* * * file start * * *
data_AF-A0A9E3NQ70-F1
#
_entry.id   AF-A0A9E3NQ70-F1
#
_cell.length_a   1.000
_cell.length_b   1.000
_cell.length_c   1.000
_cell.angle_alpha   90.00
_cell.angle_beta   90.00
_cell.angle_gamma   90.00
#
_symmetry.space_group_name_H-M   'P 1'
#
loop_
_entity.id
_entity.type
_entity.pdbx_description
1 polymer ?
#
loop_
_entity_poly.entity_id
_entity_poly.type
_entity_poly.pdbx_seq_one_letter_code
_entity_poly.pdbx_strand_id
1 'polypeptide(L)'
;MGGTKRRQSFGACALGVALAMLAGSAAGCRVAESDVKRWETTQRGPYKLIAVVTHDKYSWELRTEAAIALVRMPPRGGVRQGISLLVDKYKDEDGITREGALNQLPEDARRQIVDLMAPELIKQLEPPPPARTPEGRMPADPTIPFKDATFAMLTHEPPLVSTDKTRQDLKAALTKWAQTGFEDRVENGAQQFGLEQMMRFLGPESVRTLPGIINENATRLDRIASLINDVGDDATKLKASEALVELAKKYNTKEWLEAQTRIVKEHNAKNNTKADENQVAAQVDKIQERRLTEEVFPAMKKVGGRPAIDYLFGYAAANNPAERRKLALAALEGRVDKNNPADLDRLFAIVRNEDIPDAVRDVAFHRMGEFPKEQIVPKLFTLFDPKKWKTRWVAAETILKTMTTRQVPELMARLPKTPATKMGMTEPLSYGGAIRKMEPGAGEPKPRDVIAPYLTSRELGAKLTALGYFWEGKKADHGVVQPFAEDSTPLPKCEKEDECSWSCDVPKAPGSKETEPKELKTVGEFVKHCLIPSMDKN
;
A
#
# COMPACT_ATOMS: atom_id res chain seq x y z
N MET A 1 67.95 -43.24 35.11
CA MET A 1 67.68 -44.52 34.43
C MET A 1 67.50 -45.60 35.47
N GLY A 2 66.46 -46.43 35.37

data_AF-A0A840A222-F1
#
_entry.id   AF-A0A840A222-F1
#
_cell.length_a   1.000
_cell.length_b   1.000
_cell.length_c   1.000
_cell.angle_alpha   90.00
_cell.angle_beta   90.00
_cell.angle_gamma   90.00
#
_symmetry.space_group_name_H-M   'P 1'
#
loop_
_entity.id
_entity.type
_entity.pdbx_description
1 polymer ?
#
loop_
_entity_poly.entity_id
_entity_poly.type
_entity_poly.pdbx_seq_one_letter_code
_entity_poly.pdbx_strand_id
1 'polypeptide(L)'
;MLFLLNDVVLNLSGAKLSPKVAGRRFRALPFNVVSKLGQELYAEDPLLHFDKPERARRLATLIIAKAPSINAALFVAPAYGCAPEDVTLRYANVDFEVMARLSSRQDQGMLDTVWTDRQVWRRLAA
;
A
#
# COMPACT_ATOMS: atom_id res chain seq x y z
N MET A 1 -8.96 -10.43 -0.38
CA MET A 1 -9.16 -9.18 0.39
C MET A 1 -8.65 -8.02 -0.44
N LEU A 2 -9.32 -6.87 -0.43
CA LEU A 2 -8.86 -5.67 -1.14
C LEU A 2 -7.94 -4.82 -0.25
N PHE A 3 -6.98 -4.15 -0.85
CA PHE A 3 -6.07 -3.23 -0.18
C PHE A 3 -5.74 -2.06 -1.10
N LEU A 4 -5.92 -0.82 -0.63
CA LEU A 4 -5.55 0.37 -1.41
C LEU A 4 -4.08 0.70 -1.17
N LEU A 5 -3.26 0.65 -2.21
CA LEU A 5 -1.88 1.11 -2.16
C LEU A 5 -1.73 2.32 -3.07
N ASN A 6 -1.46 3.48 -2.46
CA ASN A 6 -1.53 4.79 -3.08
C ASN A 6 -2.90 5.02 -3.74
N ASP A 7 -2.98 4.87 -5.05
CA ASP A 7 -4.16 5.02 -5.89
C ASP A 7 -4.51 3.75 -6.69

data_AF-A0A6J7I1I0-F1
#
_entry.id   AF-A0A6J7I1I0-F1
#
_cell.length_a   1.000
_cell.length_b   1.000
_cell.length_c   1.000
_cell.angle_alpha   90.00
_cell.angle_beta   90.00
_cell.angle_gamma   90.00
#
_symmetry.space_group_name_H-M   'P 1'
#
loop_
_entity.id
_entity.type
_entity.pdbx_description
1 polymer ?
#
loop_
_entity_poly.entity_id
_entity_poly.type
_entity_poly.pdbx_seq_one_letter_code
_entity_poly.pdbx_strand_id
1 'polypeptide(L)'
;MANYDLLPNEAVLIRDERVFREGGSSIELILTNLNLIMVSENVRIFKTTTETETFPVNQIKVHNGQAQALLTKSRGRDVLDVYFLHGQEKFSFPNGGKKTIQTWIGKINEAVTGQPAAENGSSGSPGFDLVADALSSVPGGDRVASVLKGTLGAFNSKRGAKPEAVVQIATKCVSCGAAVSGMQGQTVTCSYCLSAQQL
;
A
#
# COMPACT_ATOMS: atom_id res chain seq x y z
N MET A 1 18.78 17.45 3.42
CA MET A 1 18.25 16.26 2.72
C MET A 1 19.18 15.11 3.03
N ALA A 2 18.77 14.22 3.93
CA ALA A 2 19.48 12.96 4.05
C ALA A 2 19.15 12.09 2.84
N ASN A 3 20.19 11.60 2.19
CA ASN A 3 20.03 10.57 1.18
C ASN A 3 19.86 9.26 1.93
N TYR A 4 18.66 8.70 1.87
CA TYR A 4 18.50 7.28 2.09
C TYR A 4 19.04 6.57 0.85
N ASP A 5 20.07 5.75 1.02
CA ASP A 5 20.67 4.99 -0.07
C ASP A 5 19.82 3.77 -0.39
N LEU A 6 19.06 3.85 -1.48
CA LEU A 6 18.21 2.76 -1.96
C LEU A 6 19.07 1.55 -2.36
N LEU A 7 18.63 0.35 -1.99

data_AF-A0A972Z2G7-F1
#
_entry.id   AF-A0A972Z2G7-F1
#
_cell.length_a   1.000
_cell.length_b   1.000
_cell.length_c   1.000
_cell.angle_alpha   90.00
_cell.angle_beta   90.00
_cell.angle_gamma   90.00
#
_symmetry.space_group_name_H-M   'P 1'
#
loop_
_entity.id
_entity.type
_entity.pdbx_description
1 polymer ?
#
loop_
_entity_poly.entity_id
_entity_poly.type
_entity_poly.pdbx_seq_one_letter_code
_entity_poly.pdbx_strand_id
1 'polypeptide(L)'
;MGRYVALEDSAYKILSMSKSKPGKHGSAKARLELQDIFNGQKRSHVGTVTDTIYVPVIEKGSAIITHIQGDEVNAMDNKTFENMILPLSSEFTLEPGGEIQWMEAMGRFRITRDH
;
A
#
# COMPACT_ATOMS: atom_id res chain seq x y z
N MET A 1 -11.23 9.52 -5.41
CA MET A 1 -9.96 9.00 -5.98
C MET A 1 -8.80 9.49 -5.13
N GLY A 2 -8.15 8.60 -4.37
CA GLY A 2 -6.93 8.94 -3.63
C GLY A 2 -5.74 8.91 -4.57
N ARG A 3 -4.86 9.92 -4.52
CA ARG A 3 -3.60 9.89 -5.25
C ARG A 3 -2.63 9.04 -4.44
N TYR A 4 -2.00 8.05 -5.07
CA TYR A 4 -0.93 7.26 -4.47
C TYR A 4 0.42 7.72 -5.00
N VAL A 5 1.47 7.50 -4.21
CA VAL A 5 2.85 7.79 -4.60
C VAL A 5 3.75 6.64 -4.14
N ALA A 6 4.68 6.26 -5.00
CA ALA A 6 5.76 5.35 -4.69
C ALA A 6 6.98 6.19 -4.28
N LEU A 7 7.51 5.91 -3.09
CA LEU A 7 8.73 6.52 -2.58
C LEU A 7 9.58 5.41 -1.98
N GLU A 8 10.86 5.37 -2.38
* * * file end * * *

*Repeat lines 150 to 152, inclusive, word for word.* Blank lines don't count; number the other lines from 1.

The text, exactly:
_entity.type
_entity.pdbx_description
1 polymer ?